Soviet-style symbolic montage metaphorically depicting Joe’s breaking point. Joe threatens Harry, an intertitle reads: ‘You’ve tortured me long enough – now it’s my turn’, then the attack takes place. Although there is one full shot of Harry staggering after the attack, the episode is largely presented in a flurry of brief images – close shots of the other characters’ responses, a shower hose spraying water, a scent bottle spilling onto the floor, ‘metonymic images’, to use Murray Smith’s term, in place of actual images of the attack and its aftermath.43 The film bears

in Anthony Asquith
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Surveying Scottish cinema, 1979 –present
Christopher Meir

historicization. Such an impulse has been present in the current wave of Scottish cinema historiography, including work by Martin-Jones and Murray, as well as extended studies of Trainspotting and Ratcatcher by Murray Smith (2002) and Annette Kuhn (2008) respectively. This shift in methodology from constructing overarching narratives of Scottish cinema to detailed study of individual films is in some senses a sign of the maturity of the field. Now that the larger generalizations have been made – generalizations that were necessary Introduction 3 to establish that the object

in Scottish cinema
James Zborowski

these things. That this commits me to what might be termed a ‘realist’ view of film and our experience of it is a fact that I not only concede but embrace. When one’s primary focus is fictional characters, as mine is here, it seems that such a stance is near unavoidable. As Murray Smith notes, with characteristic acuity: to admit a notion of character at all is to acknowledge an element of narrative texts which is analogous to the human agent, and it is thus in the positing of a notion of character that a mimetic relationship is assumed to obtain between fictional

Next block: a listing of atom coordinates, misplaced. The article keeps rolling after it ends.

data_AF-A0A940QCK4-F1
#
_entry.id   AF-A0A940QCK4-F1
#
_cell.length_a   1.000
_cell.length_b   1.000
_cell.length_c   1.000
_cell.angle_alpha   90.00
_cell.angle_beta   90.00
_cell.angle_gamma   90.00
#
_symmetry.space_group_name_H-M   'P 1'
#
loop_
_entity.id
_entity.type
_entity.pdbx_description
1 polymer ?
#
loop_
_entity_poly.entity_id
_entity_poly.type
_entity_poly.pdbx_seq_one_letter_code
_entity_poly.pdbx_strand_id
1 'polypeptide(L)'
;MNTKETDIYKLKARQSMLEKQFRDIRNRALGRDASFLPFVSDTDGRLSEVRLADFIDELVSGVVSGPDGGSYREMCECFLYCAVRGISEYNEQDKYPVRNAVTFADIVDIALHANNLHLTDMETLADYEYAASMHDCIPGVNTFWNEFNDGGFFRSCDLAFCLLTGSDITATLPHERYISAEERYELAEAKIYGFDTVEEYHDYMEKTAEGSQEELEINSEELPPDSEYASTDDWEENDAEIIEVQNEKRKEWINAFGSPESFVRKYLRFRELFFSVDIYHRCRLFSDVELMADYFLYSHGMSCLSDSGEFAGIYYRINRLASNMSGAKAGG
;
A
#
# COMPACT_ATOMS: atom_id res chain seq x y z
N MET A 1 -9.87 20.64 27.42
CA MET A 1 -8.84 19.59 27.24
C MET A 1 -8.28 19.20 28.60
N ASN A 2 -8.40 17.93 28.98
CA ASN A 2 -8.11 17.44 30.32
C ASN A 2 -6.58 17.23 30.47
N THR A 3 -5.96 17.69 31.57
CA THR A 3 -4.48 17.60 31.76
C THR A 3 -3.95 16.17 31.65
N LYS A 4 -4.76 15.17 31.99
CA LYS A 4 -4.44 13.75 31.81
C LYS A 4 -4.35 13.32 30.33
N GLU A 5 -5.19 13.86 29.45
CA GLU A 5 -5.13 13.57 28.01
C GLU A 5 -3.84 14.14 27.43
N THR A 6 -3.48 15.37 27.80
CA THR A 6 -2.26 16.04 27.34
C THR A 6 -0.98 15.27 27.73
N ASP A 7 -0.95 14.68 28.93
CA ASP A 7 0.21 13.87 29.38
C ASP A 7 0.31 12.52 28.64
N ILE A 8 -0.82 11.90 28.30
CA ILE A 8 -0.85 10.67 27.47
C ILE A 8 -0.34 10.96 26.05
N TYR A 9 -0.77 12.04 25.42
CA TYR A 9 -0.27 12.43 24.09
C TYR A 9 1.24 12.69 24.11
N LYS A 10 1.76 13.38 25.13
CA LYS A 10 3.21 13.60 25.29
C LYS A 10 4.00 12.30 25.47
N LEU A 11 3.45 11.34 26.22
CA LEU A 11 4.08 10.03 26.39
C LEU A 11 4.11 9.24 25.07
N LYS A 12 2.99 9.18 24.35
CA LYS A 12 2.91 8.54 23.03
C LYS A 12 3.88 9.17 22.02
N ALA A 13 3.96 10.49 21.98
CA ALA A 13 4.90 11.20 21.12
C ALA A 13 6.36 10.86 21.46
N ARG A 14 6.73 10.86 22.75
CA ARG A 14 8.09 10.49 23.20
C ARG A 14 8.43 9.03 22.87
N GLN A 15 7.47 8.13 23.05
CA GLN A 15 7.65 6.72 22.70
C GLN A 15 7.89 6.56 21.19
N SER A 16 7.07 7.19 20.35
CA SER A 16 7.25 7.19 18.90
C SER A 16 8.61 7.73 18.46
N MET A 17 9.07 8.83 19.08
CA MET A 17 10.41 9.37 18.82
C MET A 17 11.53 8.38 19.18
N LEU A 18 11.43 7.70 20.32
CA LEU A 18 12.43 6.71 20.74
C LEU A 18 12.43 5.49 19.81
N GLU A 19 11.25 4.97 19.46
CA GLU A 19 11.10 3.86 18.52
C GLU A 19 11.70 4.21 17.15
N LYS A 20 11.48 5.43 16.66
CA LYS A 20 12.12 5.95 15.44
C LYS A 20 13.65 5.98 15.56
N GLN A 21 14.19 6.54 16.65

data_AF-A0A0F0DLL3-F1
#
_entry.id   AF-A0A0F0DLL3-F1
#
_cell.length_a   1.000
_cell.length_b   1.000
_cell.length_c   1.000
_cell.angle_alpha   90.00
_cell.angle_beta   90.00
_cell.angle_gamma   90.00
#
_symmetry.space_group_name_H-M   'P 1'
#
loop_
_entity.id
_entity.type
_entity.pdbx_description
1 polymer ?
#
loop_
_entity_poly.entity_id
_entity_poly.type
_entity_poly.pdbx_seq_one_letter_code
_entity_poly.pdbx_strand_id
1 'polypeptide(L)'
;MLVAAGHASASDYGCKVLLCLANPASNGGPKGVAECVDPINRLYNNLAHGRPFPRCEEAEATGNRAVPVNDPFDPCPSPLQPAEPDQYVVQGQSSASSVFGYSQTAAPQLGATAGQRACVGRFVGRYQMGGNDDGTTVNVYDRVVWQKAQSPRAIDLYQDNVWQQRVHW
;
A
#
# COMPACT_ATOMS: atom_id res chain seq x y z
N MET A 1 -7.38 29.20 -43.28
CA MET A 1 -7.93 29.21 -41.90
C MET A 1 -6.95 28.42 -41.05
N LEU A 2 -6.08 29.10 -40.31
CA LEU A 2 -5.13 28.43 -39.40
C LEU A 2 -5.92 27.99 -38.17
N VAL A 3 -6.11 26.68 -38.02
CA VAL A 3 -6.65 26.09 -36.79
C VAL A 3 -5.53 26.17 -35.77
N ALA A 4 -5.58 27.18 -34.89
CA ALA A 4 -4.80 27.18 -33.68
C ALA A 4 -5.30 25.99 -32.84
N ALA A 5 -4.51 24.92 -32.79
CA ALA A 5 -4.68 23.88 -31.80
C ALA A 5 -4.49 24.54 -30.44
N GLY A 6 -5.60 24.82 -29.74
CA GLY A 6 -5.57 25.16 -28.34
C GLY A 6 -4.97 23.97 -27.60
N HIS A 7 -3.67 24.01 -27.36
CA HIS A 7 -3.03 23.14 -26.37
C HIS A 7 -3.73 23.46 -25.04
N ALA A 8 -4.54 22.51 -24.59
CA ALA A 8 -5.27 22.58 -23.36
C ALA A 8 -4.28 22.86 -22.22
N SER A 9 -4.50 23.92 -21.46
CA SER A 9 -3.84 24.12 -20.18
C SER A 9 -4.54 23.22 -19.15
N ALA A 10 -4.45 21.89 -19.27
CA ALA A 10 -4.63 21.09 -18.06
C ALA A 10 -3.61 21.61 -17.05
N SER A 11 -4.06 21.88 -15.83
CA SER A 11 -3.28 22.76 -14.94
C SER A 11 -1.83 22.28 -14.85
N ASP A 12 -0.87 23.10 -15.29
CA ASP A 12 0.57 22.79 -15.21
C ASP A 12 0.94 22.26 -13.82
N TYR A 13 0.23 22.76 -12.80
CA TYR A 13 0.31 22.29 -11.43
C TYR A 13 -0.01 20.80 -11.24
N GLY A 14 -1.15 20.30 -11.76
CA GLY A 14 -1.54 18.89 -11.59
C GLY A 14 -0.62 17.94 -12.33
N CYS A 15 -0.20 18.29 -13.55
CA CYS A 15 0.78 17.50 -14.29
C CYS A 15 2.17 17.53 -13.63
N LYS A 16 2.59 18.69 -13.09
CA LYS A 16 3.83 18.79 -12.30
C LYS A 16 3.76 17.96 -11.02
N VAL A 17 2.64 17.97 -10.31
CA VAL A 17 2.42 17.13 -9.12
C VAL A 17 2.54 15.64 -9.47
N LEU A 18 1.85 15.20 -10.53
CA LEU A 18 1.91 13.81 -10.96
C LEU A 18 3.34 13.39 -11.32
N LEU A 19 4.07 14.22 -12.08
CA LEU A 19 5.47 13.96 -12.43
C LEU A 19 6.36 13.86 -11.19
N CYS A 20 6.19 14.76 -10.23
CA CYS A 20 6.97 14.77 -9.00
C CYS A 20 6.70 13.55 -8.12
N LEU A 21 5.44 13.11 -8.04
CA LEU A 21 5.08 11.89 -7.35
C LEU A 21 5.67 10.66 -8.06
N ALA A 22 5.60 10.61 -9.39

in Classical Hollywood cinema
Transcultural encounters in early modern Italian theatre
Eric Nicholson

pensa e che ragiona forse più delle altre’ (Goldoni 2000 : 79; a nation that thinks and uses reason, perhaps more than other ones). Along with the other English residente in Venice, John Murray, Smith helped Goldoni read and appreciate Shakespeare’s plays, inspiring him to imitate and employ the play-within-the-play device for his Malcontenti and its scene of ‘Cromuel protettore

in Transnational connections in early modern theatre
Jack Clayton’s Room at the Top
B. F. Taylor

Wilson, ‘On Film Narrative and Narrative Meaning’, in Richard Allen and Murray Smith, ed., Film Theory and Philosophy, Oxford, Oxford University Press, 1997, pp. 221–238, p. 232). Further, as David Bordwell continues in his discussion of film interpretation: ‘Neither causal nor functional explanation is the aim of film interpretation. Indeed, in a certain sense, knowledge of the text is not the most salient effect of the interpretative enterprise. It may be that interpretation’s greatest achievement is its ability to encourage, albeit somewhat indirectly, reflections

in The British New Wave